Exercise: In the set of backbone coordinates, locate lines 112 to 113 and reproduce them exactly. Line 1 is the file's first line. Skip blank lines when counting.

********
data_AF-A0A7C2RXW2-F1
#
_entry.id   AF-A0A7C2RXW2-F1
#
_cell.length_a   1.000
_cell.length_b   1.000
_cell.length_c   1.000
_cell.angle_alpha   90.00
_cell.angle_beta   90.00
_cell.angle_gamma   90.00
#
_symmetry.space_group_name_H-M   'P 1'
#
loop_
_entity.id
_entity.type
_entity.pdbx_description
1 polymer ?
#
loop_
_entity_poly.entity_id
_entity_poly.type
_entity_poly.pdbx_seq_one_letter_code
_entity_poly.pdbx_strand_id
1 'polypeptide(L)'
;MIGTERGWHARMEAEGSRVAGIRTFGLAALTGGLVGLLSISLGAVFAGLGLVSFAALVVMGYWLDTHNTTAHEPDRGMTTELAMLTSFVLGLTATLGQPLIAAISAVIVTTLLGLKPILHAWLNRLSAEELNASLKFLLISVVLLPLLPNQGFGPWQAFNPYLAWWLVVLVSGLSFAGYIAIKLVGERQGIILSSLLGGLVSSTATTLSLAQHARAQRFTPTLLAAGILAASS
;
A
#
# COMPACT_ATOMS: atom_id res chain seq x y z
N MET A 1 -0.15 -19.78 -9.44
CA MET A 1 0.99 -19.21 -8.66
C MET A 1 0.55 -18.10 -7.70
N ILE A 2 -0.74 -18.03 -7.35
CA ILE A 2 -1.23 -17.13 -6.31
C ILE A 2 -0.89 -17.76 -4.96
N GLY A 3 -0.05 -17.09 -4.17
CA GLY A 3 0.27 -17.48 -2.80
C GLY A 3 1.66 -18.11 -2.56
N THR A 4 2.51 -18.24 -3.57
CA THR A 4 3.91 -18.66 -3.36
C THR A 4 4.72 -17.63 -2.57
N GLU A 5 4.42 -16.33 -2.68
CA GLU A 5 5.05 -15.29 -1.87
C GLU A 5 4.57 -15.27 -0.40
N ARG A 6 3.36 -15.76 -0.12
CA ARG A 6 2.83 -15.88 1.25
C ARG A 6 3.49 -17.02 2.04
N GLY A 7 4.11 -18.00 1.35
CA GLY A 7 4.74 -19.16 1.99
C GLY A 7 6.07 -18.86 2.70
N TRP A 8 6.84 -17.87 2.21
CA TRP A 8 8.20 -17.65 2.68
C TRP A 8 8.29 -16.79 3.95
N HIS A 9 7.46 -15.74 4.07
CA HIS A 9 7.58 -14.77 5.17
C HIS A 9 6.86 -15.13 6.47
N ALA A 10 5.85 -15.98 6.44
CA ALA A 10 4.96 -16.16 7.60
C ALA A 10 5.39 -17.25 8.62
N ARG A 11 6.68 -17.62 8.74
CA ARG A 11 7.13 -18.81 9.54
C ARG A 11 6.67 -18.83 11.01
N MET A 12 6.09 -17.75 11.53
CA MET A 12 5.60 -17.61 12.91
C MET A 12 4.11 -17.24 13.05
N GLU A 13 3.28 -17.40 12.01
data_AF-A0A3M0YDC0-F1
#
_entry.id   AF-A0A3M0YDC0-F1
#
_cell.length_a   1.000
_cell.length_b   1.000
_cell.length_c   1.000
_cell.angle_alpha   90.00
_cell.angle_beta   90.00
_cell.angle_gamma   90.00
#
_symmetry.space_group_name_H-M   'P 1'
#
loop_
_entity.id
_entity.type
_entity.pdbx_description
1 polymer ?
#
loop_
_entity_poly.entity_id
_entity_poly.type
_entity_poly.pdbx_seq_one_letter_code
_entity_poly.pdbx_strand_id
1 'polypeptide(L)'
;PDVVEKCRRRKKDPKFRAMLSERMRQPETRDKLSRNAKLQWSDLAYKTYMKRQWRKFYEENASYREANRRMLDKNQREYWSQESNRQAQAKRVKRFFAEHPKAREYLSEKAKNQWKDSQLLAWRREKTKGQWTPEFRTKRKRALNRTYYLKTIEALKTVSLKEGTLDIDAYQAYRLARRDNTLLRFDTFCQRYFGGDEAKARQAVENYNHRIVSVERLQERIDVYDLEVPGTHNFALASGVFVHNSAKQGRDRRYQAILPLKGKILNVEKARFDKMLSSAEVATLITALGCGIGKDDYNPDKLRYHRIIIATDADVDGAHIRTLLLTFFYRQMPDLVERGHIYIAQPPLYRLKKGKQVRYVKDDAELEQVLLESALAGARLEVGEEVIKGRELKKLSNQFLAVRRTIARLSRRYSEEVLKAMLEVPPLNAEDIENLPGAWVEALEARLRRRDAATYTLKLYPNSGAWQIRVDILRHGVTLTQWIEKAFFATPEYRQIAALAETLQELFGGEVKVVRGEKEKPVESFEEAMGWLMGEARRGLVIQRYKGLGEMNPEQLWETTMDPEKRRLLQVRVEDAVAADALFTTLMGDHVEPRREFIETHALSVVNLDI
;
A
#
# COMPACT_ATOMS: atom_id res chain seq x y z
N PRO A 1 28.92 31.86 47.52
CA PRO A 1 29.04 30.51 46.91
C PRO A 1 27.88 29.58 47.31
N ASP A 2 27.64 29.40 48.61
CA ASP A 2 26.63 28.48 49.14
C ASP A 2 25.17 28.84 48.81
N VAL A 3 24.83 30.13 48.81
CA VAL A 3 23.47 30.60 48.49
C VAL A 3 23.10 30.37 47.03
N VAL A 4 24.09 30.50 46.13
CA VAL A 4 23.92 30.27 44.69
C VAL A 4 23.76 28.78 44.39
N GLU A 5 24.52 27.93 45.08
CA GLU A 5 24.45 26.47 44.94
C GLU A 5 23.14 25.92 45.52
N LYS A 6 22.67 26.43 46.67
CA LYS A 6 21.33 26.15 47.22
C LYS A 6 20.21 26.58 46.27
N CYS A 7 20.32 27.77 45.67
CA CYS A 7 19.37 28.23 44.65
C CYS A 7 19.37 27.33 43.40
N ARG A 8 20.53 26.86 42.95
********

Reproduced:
C GLU A 5 23.14 25.92 45.52
N LYS A 6 22.67 26.43 46.67